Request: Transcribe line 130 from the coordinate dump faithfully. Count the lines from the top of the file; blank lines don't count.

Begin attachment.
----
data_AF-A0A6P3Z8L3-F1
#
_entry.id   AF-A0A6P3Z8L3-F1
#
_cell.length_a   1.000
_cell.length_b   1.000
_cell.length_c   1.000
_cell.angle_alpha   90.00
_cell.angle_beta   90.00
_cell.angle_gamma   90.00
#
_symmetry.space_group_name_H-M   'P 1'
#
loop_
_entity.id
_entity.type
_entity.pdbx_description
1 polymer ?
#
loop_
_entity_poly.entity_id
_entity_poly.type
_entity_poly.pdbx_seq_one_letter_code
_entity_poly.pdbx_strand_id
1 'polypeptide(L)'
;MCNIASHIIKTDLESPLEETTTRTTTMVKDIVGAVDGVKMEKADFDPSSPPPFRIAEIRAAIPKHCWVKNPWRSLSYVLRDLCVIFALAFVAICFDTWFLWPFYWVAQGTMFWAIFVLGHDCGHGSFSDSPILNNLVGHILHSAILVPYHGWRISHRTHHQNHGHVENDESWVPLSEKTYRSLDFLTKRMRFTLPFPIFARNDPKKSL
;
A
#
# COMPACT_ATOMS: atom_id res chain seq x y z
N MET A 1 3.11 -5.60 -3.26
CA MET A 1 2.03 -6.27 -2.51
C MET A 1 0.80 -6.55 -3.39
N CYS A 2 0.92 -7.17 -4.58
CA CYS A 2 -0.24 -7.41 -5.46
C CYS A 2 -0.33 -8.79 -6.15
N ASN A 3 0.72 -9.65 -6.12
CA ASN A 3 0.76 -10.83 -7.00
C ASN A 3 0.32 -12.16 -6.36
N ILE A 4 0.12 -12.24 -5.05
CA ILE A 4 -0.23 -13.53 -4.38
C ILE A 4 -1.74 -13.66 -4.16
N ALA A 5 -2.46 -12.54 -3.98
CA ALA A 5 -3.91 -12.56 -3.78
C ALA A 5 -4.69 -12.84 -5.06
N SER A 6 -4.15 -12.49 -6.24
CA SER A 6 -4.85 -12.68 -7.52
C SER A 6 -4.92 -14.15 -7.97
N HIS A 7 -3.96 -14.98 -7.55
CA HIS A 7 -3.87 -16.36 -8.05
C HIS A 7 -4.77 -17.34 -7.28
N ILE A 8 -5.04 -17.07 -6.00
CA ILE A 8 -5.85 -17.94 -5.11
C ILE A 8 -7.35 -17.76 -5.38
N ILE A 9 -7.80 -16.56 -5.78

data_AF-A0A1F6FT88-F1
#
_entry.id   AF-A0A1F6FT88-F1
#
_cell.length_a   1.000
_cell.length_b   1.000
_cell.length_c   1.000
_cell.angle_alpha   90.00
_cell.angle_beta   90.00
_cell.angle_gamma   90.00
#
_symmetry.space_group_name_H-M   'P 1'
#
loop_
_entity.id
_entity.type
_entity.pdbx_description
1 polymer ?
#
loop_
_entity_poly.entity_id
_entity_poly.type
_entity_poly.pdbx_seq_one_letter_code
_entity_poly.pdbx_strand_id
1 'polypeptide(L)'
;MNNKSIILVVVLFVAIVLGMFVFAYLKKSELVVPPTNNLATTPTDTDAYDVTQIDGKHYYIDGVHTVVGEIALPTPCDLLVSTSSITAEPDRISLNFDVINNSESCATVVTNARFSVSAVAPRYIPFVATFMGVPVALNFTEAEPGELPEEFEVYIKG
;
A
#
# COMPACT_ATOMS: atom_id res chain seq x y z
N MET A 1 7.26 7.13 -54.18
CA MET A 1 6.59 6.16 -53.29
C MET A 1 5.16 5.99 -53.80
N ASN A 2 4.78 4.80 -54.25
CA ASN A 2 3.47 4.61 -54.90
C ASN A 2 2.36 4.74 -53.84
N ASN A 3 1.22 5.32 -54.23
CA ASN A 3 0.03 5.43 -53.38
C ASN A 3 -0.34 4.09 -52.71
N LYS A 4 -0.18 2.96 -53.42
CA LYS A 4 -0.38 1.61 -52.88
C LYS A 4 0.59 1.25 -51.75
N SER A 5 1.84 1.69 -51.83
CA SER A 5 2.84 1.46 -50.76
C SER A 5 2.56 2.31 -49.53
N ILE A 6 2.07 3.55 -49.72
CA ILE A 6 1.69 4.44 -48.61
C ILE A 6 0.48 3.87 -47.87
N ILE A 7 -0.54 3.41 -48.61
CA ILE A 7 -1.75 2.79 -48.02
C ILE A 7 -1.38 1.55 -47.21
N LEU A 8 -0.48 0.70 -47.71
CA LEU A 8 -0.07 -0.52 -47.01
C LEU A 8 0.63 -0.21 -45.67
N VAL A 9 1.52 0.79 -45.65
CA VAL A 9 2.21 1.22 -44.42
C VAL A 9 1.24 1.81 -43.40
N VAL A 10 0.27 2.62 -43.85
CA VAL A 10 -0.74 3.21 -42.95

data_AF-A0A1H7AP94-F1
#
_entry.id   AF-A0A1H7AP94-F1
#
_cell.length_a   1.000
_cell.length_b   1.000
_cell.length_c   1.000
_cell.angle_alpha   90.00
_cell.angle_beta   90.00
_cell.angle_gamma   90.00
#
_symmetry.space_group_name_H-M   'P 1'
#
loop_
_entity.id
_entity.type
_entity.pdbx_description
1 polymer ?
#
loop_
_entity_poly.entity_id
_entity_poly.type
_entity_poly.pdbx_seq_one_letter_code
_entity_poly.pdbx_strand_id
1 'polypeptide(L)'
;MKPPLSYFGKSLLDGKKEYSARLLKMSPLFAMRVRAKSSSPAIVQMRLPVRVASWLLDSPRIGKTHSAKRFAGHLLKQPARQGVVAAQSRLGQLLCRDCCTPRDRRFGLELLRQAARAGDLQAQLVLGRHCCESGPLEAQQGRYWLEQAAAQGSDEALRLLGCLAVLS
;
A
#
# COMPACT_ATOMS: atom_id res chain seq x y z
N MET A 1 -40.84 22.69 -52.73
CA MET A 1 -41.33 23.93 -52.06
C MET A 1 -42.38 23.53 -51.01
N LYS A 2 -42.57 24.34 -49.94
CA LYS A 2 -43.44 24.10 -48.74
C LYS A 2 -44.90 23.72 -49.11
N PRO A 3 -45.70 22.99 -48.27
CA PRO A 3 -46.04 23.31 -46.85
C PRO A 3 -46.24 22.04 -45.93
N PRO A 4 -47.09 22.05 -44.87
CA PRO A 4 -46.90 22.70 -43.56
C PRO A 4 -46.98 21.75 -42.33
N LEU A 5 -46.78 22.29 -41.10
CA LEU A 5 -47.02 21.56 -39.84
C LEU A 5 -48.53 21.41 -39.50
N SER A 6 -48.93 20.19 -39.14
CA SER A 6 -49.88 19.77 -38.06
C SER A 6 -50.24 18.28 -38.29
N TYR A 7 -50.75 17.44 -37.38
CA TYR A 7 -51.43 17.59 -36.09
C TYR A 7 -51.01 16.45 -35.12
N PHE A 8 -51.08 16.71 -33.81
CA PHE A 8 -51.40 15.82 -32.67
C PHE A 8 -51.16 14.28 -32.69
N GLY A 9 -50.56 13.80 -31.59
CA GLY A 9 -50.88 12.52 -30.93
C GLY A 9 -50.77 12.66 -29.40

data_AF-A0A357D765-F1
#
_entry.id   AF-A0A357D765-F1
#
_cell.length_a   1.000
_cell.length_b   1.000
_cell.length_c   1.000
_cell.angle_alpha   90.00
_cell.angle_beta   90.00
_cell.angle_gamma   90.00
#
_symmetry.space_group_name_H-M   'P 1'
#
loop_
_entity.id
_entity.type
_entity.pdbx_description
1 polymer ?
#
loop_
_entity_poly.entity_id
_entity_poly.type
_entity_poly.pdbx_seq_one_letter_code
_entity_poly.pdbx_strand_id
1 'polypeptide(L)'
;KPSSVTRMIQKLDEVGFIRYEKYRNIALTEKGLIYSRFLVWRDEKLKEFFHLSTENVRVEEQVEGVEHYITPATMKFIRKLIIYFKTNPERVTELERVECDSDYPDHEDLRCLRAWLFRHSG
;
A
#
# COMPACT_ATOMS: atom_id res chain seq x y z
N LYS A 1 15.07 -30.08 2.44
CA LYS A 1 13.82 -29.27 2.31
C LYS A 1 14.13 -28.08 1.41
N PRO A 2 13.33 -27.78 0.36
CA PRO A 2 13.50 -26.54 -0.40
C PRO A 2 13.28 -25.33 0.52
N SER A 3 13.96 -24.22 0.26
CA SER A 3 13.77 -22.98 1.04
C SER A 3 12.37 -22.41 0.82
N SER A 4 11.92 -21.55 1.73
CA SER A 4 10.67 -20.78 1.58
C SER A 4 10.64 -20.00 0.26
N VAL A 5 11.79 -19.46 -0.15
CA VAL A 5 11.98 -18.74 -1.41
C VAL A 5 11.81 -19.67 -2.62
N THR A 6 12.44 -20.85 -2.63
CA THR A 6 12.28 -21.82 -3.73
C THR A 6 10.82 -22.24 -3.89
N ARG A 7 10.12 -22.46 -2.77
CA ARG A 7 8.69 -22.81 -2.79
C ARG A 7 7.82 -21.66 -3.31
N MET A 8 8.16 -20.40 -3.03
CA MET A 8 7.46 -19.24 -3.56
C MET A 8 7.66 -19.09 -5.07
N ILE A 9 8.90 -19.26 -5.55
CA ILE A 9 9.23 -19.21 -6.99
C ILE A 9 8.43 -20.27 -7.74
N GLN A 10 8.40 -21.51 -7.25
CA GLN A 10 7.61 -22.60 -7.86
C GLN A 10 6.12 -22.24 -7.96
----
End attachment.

_entity.type